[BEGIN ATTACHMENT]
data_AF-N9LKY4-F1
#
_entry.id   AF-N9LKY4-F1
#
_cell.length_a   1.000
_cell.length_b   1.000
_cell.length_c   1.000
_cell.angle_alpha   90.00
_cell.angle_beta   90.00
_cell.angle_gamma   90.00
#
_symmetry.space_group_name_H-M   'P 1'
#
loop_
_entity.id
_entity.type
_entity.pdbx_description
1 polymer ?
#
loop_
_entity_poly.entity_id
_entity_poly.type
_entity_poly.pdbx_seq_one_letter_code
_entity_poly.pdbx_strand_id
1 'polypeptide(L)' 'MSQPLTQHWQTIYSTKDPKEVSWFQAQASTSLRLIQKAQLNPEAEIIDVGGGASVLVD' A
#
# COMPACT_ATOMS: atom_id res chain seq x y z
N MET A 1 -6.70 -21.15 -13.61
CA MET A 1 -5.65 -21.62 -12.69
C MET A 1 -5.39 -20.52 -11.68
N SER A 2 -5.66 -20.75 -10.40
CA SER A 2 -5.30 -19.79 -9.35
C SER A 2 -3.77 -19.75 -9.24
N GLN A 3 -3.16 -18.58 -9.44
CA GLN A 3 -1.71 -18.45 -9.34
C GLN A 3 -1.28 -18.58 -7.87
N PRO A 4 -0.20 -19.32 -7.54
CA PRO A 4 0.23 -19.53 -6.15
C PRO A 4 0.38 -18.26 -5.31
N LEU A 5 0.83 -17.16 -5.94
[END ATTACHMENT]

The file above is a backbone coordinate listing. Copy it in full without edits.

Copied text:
data_AF-N9LKY4-F1
#
_entry.id   AF-N9LKY4-F1
#
_cell.length_a   1.000
_cell.length_b   1.000
_cell.length_c   1.000
_cell.angle_alpha   90.00
_cell.angle_beta   90.00
_cell.angle_gamma   90.00
#
_symmetry.space_group_name_H-M   'P 1'
#
loop_
_entity.id
_entity.type
_entity.pdbx_description
1 polymer ?
#
loop_
_entity_poly.entity_id
_entity_poly.type
_entity_poly.pdbx_seq_one_letter_code
_entity_poly.pdbx_strand_id
1 'polypeptide(L)' 'MSQPLTQHWQTIYSTKDPKEVSWFQAQASTSLRLIQKAQLNPEAEIIDVGGGASVLVD' A
#
# COMPACT_ATOMS: atom_id res chain seq x y z
N MET A 1 -6.70 -21.15 -13.61
CA MET A 1 -5.65 -21.62 -12.69
C MET A 1 -5.39 -20.52 -11.68
N SER A 2 -5.66 -20.75 -10.40
CA SER A 2 -5.30 -19.79 -9.35
C SER A 2 -3.77 -19.75 -9.24
N GLN A 3 -3.16 -18.58 -9.44
CA GLN A 3 -1.71 -18.45 -9.34
C GLN A 3 -1.28 -18.58 -7.87
N PRO A 4 -0.20 -19.32 -7.54
CA PRO A 4 0.23 -19.53 -6.15
C PRO A 4 0.38 -18.26 -5.31
N LEU A 5 0.83 -17.16 -5.94